FemaleScienceProfessor, who always blogs about cool things, has a question about journal choice. Namely, what do you with an article that could be published in a major journal but might not be?
Is this worse if you are an early career scientist who needs to get their work out their to establish productivity?
I have actually had this happen where a paper got mostly positive reviews, a major revision and then an ultimate rejection. The process took a very long time and the final dismissal was a single sentance. It's was a nasty enough experience that it actually makes me reluctant to return to that journal again.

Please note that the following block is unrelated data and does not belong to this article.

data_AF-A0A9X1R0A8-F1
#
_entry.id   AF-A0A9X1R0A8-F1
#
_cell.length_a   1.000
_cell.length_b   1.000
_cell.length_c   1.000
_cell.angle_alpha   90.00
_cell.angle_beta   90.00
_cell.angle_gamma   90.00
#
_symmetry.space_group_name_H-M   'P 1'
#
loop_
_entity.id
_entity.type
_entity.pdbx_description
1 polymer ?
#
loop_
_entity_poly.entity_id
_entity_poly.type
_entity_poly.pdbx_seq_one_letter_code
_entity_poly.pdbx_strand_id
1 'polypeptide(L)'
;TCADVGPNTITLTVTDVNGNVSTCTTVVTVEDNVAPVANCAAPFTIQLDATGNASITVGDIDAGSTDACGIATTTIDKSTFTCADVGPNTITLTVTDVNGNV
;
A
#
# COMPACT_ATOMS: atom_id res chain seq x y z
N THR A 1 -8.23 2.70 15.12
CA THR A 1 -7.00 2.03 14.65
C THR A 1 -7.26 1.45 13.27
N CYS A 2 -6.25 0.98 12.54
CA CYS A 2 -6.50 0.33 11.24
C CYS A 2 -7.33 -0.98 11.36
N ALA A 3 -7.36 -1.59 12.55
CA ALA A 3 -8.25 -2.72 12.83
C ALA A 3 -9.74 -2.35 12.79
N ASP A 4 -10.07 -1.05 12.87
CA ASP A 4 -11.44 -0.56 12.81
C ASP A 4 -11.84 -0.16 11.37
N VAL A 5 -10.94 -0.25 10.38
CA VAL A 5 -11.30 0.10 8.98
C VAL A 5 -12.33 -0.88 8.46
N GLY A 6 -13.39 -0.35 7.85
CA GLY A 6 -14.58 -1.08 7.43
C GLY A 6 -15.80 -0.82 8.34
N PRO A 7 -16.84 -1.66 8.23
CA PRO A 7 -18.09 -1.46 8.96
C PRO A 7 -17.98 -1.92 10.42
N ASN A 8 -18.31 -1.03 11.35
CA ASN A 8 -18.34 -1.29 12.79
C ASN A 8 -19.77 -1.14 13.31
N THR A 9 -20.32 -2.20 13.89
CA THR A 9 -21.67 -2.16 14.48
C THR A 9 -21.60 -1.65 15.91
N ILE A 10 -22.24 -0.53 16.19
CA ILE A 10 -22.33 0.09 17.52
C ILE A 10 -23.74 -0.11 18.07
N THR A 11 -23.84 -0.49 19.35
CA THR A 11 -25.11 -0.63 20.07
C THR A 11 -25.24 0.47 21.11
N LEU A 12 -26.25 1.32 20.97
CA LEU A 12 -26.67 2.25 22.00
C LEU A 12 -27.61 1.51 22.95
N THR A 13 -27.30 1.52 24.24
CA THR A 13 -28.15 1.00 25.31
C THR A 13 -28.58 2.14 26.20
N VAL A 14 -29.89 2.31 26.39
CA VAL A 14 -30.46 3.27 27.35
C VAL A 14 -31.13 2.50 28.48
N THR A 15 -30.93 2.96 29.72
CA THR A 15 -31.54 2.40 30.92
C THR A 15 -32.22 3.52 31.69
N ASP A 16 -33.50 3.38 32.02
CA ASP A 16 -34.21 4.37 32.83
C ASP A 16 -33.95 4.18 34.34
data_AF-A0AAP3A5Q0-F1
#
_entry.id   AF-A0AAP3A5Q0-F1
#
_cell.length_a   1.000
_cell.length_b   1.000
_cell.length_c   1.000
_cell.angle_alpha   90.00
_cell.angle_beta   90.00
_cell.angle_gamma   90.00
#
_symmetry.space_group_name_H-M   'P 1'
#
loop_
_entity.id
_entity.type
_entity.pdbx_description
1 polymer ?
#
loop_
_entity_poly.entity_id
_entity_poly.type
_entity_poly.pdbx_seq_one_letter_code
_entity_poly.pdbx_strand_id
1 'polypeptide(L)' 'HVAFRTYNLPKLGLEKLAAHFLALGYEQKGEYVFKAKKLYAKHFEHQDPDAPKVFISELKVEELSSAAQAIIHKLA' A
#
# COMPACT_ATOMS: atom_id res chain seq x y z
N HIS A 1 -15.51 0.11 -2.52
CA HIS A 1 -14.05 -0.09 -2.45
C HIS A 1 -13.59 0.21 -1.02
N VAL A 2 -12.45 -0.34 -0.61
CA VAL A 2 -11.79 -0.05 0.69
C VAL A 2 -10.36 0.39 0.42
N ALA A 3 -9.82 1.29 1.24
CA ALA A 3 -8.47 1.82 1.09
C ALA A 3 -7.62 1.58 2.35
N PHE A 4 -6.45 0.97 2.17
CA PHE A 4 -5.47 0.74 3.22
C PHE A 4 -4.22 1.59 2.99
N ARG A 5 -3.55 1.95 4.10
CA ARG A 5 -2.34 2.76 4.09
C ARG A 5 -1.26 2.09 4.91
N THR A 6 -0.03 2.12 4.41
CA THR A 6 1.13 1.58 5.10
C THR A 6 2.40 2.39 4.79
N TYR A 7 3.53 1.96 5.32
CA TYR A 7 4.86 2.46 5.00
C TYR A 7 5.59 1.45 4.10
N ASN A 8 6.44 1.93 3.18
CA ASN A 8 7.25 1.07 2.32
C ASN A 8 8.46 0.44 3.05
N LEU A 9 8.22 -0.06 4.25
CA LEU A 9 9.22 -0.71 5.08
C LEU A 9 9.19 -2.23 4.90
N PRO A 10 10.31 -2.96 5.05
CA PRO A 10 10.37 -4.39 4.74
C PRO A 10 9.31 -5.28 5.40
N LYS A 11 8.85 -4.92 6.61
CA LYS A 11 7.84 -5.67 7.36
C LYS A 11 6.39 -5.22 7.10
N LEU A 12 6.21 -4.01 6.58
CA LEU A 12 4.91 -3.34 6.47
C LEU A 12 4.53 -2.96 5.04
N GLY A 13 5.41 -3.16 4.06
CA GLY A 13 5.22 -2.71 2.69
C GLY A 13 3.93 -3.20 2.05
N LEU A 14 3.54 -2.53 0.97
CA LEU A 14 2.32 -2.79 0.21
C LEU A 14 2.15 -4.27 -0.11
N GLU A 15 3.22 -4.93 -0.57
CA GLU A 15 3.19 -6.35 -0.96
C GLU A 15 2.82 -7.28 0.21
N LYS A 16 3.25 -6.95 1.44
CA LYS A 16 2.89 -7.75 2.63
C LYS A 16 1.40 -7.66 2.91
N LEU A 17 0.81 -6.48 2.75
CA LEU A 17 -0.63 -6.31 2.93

Would I do it again? Maybe . . . After that, I dramatically undershot the next choice of journal for a potentially controversial paper. This was also a major mistake. The hardest cases are alwasy going to be the borderline ones. Long review times and ambiguous options to resubmit are always a bad outcome, no matter how I look at it.
But I wish I had a better feel for what the risk/benefit trade-off really was . . .
China (Paris) fact of the day
34 minutes ago